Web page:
So is your to-do list filled with all the right things so that you can really get ahead in life? Hi, my name is Bernie Heine, and today I want to talk about the fact that wealth creation takes focus and determination.
Steven McClatchey talks about the difference between activities that move towards gain and activities that you do to alleviate pain. And the difference in those two is very big in terms of its impact on your life. Ninety percent of our success in life is because we’re working on activities that add wealth, that move towards gaining something, and only 10 percent is the avoiding of pain.
So when we’re working on gain tasks, these are things that you can’t delegate. These are things that are really important to you like getting an advanced degree. You can’t delegate to someone else to get your MBA for you. These are things we have to do ourselves. Pain tasks, the avoiding of pain tasks, are things like taking out the trash, cleaning your office. All of these things are only important if they don’t get done, and they often are associated with a high sense of urgency like “it’s trash day on Friday, so we better take the trash out in the morning.” That doesn’t get us very much in life, but if we don’t do it, we might end up with a smelly house, but it’s not going to move us forward. Going out and getting an advanced degree or working on that important project, those are the activities make all the difference in our lives.
Gain Tasks Lack Urgency
So there are three ways to identify those gain tasks. Number one, they have a significant lack of urgency. It’s not something that has to happen right now.
Sense of Achievement
Number two: there is a significant sense of achievement associated with getting them done.
Deep Sense of Personal Satisfaction
Number three is you gain a deep sense of personal satisfaction from having completed those.
Make Gain Tasks a Higher Priority
So knowing that, how can we implement this? So this is a simple three-step process. So step number one is to make these gain tasks/these wealth creating tasks a priority in your life. So once you’ve identified them, look over your to-do list. Are those the kinds of things that are even on your list? Or is your list filled with all of the “avoiding pain” kinds of tasks which feel really urgent because you’ve got to get them done today/you’ve got to make this happen/you’ve got to make that happen. We’ve got to do stuff/we should do stuff.
I often say people shouldn’t “should” on themselves,you know? We shouldn’t use that language. We get to do stuff in our lives, and the gain tasks are things that we really like to do, but because they don’t have that sense of urgency, we often procrastinate on them and push out on our calendar. Bring those gain tasks and focus. Make those the top priority on your list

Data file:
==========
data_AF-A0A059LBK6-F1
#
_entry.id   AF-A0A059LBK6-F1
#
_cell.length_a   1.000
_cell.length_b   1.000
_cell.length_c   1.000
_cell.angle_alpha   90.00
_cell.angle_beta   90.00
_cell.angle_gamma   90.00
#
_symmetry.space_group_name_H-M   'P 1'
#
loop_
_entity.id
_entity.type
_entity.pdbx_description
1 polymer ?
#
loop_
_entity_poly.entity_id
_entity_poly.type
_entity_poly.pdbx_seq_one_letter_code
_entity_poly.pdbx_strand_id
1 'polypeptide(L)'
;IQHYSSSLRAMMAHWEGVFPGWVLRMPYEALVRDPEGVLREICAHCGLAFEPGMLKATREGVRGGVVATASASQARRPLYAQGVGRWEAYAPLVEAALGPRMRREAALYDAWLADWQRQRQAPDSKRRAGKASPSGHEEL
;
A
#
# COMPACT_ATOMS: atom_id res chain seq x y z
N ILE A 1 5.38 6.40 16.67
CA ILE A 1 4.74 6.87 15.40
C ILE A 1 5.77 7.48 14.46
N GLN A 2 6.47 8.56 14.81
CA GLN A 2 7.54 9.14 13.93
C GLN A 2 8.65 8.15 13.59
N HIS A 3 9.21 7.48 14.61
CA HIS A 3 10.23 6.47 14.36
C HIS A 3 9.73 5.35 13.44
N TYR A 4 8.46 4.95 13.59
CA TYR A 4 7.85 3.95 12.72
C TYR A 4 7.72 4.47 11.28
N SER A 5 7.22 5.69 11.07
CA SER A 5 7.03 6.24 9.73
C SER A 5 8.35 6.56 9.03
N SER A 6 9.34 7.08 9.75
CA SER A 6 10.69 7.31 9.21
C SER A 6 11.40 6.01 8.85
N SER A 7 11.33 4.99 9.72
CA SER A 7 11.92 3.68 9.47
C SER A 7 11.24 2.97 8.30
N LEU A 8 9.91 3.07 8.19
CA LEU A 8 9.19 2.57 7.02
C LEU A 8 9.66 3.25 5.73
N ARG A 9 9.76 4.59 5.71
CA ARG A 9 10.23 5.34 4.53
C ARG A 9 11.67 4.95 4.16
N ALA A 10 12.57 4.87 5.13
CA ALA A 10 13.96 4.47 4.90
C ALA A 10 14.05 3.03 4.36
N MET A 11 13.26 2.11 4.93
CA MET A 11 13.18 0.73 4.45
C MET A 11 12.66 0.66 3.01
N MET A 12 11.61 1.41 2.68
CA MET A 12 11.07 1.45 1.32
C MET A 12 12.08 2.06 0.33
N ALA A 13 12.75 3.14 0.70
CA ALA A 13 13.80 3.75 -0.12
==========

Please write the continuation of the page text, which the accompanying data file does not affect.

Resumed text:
Step number two is to take a look at all of those gain tasks and lay out a time plan. Begin with the end in mind. Where I want to go with this? What is the critical path that I need to be on to make sure I accomplish that?
Step three is to protect those tasks.Think of it like the difference between a to-do list and a calendar. On a to-do list, we can just add and add and add more items. It’s very easy. if you’re already have 27 items, you add a 28th item to the bottom of the list, it’s very simple. It doesn’t feel painful to add more items to your to-do list, even though most people have to-do lists which could take months to complete. We just keep adding more and more on.
Think of it with these priority items/gain tasks, think of them like calendar items. For instance, when somebody asks you for an appointment you just add it to your calendar, you first look at your calendar to see if you have 9 a.m. on Wednesday morning. So you’re moving things because it’s a fixed amount space on the calendar to put up with you just can’t keep accepting appointments for the same. So treat these gain tasks calendar tasks. They’re really important. You want block time out for them. They’re not just another thing added to a long list of to-dos. With that newfound list of priorities, focus on those and make yourself yourself a better life, and a better person and run a better company.
About Bernhard Heine
Bernhard Heine is a business and executive coach at Professional Business Coaches, Inc. (PBC, Inc.), a company he founded to help business owners and leaders create and achieve their vision. Bernhard has more than 25 years of experience working collaboratively with business partners in all phases of business management, restructuring and transformation, particularly in: strategic planning, marketing and sales, organizational design, engineering consulting, project management, coaching and facilitation.
Bernhard holds a BS in marine engineering from the US Merchant Marine Academy in NY. He also holds an MBA from Harvard Business School and is a licensed business coach with Professional Business Coaches Alliance (PBCA), and an Authorized Client Builder Sales Trainer.
He was Executive Director for Strategy and Business Development at Textron Inc., strategy leader at Coca-Cola in Germany, and management consultant with the Boston Consulting Group. Early in his career, he worked globally as a marine engineer.
Bernhard has also achieved the “Master Coach” designation from the PBCA in Sales, Coaching, Leadership, Marketing, Personal Effectiveness, and Exit Planning.
“I help my clients become more self-aware of why their issues continue to occur and why their prior efforts have not led to success. Through regular sessions, holding them accountable for their actions, they make gradual improvements and over time achieve the success they are looking for.” – Bernhard Heine
Certifications: Professional Business Master Coach, Legal Practice Coach, Extended DISC Trainer, Everything DiSC Trainer, Client Builder Sales Trainer, Five Behaviors of a Cohesive Team Trainer.